The Kansas City Royals added to one of the best farm systems in baseball Saturday, signing 16-year-old Elier Hernandez of the Dominican Republic for $3.05 million on the first day of the international signing period Saturday.
The dollar amount is the highest total the Royals have ever paid for an international player and is the third-highest ever for an amateur international player, being eclipsed only by Michael Ynoa ($4.25 million by A’s in 2008) and Miguel Sano ($3.15 by Twins in 2009).
Hernandez, a 6-foot-4, 200-pound outfielder, is generally viewed as one of the top two prospects in this international class. This is the scouting report from Baseball America’s Ben Badler:
Hernandez, a 16-year-old out of San Cristobal who plays in the International Prospect League and trains with Amaurys Nina, has some of the best bat speed in Latin America. He’s strong but not bulky. He has the potential to hit for above-average power, but for now he has a level, line-drive swing. Though he doesn’t do it in batting practice, Hernandez has a tendency to leak open with his front knee and open up his hips too early in games. He sets up with his hands high and far away from his body, which creates some length in his swing, but that should be correctable. Scouts are mixed on Hernandez’s pitch recognition. Though he’s a good athlete, Hernandez is an average runner and projects as a corner outfielder, with enough arm strength to play right field. Many scouts see him as a high-risk, high-reward player. “If the hitting comes,” said one international scouting director, “he’s a superstar.”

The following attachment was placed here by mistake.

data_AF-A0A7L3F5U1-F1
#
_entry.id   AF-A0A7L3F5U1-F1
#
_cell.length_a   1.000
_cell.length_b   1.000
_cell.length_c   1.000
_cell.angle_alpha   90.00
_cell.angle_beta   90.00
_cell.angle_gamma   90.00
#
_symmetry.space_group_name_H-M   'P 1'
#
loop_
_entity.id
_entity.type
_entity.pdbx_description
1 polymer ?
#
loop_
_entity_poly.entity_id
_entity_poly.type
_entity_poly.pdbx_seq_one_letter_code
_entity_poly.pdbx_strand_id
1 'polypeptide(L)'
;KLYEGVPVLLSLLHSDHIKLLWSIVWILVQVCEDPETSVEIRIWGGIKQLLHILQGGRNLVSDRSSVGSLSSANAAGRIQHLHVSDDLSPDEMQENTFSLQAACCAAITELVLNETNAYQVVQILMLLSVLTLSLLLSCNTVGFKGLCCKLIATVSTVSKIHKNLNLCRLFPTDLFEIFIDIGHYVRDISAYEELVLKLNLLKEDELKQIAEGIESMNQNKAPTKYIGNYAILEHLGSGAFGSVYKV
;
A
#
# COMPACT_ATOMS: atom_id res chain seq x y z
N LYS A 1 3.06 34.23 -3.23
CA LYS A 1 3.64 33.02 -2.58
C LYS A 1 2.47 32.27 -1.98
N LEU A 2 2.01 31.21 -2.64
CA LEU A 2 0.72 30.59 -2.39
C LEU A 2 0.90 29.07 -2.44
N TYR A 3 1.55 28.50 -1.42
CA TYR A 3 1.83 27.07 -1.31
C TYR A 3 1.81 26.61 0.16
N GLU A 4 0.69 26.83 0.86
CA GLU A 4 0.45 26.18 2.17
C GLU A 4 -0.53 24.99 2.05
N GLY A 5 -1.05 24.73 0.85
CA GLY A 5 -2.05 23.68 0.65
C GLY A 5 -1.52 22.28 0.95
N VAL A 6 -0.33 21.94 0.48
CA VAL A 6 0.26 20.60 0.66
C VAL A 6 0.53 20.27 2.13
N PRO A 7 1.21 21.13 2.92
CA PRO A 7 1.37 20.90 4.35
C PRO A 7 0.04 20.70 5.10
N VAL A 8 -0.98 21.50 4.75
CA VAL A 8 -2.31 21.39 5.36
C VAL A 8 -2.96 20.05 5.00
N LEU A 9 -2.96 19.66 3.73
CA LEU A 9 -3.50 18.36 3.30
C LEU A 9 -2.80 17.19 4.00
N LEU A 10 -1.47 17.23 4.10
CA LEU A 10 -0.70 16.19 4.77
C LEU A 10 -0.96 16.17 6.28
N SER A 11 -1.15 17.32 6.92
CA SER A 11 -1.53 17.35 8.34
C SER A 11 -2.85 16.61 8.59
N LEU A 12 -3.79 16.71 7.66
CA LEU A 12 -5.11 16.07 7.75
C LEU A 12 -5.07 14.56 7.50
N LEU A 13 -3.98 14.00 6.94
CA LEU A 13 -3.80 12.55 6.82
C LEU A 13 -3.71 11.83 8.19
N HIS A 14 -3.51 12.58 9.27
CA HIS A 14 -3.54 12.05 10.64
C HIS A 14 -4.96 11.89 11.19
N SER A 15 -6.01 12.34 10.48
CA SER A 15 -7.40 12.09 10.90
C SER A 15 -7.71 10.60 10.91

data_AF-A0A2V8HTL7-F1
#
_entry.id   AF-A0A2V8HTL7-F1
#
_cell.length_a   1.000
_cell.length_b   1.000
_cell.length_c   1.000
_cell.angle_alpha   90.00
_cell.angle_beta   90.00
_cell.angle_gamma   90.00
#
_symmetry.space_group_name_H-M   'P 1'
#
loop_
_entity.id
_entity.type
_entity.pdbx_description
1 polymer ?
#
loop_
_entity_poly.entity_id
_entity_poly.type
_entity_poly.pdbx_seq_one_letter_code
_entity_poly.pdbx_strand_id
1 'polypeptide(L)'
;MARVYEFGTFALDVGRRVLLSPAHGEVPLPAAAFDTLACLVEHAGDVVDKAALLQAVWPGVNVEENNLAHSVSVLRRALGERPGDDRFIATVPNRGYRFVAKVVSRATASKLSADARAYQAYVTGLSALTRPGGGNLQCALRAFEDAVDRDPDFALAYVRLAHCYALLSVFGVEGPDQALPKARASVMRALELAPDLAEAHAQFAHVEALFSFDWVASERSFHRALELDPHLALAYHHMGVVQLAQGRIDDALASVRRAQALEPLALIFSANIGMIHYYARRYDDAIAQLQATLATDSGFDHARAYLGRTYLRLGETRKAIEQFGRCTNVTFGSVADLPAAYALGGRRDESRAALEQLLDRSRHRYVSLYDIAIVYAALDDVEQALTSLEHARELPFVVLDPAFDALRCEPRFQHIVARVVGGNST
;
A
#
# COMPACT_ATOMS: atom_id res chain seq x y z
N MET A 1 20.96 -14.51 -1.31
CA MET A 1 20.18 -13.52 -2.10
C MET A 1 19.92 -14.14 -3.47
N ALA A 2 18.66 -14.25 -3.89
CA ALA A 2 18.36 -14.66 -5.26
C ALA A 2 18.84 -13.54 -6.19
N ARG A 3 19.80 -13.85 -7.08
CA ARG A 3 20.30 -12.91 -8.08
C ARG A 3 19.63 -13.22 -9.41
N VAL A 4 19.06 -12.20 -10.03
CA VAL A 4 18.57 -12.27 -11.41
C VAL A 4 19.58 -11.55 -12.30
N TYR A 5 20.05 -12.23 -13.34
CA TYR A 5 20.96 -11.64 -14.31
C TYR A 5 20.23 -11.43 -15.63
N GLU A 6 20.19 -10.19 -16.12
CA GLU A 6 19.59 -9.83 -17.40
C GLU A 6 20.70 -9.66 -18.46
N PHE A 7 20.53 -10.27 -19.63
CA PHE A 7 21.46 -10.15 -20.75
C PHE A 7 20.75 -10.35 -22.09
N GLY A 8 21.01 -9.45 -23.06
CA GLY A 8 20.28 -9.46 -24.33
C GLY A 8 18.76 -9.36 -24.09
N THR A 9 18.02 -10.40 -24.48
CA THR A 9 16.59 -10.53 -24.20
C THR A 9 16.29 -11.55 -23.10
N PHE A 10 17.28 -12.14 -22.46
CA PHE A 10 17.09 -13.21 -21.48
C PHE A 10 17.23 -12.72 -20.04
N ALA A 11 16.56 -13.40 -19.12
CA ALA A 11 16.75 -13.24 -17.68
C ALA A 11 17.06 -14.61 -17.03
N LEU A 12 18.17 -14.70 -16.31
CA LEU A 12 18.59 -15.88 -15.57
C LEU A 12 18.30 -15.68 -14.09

If the Royals can now sign their first-round pick in the MLB Draft this year, five-tool center fielder Bubba Starling, then Kansas City wll have two high-ceiling bats at the lower levels of the farm system. That is important for two reasons. First, it’s good to keep the system stocked as the older players, such as Eric Hosmer, Mike Moustakas and so on, graduate to the majors so that instead of the team having a short window for success, they can have a long string of success. For example, the Tampa Bay Rays’ deep minor-league system allows them to lose players such as Carl Crawford, Carlos Pena and Matt Garza and still be in contention for a playoff spot because they just bring up another wave of top prospects from the minor leagues.
The second reason it is important is to have trade chips if the time comes when the Royals feel they are one player away from being a championship-level team. While Hosmer and Moustakas are playing at a high-level on the major-league team, players like Hernandez and Starling could be used in a few years to bring a big-time trade piece that could get the Royals back to the playoffs and ultimately the World Series for the first time since 1985.
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Written by Ryan Riordan